Gentrification has indeed been happening in Columbus and other Ohio cities, but not to the extent you might think.
While 10 neighborhoods in Columbus, Cleveland and Cincinnati have turned around, a recent study found that poverty in urban neighborhoods has expanded. Another 369 neighborhoods in those cities and five others — Akron, Canton, Dayton, Toledo and Youngstown — stayed or became high-poverty neighborhoods.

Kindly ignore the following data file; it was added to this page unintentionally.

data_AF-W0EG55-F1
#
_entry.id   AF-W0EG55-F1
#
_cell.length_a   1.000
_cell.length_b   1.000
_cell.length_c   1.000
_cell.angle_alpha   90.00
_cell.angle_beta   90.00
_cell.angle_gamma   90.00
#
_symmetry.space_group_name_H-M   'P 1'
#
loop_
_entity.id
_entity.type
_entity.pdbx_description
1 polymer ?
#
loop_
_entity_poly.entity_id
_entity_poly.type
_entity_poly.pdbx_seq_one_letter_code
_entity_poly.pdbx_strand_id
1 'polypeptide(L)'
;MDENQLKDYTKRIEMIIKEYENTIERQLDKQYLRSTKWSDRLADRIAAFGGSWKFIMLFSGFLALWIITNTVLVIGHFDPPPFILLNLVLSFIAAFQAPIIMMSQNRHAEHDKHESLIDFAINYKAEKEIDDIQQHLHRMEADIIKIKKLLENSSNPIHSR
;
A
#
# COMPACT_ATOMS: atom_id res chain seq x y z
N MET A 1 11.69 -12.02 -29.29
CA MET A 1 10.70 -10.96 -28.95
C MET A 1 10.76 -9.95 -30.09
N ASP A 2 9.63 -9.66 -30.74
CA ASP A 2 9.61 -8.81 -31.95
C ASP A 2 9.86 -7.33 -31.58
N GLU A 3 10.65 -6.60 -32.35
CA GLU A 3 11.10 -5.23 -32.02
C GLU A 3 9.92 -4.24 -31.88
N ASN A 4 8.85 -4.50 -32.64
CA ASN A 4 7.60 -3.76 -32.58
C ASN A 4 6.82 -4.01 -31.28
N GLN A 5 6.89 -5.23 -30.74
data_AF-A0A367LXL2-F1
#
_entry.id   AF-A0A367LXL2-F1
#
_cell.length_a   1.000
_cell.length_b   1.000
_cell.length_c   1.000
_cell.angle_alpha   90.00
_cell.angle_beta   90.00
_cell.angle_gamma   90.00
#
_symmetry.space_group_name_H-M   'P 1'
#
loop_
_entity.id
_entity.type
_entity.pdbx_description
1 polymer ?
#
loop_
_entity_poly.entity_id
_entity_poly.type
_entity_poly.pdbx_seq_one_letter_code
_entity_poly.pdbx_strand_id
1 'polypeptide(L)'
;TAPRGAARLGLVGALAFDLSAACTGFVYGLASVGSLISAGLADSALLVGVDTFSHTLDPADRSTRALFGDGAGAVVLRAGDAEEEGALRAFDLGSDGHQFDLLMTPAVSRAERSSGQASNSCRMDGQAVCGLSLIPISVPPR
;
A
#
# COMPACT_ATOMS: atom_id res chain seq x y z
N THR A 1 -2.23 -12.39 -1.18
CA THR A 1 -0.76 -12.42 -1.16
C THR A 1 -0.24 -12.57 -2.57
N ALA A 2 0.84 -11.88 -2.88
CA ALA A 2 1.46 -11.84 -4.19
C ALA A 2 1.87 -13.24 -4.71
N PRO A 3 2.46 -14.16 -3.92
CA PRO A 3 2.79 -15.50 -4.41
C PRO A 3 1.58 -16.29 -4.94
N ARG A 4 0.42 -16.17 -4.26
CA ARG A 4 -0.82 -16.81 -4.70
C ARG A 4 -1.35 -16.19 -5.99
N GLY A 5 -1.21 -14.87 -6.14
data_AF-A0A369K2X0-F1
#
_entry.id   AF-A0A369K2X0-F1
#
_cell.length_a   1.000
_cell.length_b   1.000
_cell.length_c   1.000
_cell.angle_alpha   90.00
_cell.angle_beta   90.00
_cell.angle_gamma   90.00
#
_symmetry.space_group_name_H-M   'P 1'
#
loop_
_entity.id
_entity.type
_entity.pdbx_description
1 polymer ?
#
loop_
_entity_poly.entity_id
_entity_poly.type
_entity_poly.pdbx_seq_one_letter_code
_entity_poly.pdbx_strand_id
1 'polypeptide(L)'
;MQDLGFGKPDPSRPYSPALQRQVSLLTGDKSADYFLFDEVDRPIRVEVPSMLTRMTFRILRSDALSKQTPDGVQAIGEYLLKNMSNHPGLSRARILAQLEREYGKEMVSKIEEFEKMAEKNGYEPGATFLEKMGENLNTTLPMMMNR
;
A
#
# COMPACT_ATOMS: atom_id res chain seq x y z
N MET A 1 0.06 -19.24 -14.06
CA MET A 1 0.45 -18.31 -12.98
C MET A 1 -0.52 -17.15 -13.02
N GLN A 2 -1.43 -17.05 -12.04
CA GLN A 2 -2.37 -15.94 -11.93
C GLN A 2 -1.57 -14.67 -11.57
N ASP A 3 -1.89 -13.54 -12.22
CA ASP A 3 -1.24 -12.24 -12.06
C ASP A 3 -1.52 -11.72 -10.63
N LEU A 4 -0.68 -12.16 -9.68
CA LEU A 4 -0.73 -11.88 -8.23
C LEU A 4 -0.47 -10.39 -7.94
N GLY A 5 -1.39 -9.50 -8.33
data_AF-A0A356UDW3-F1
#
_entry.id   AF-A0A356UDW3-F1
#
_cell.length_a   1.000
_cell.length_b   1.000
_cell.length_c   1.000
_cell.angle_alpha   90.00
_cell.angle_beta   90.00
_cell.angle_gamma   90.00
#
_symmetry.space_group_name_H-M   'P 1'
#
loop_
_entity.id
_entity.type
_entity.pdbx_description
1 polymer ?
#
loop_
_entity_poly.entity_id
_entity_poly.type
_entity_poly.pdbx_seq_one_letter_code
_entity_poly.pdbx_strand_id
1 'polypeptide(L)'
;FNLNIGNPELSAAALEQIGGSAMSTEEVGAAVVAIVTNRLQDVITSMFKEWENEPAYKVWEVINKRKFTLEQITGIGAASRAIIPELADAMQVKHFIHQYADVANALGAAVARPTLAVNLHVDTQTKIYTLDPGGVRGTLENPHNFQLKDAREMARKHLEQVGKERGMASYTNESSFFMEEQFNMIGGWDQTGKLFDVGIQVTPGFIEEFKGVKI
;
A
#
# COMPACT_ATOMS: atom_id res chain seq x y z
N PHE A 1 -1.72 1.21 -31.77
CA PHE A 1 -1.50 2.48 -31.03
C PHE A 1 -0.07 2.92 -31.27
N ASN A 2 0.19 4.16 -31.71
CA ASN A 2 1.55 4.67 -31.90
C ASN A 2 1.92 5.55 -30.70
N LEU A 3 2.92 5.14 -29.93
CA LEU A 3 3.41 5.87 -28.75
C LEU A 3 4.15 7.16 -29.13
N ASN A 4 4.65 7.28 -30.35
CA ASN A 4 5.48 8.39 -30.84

It also found that neighborhood poverty affects Black households the most.
The size of Columbus masks the inequality between neighborhoods, said Jason Segedy, Akron’s planning and urban development director who worked on the study.
Read more here.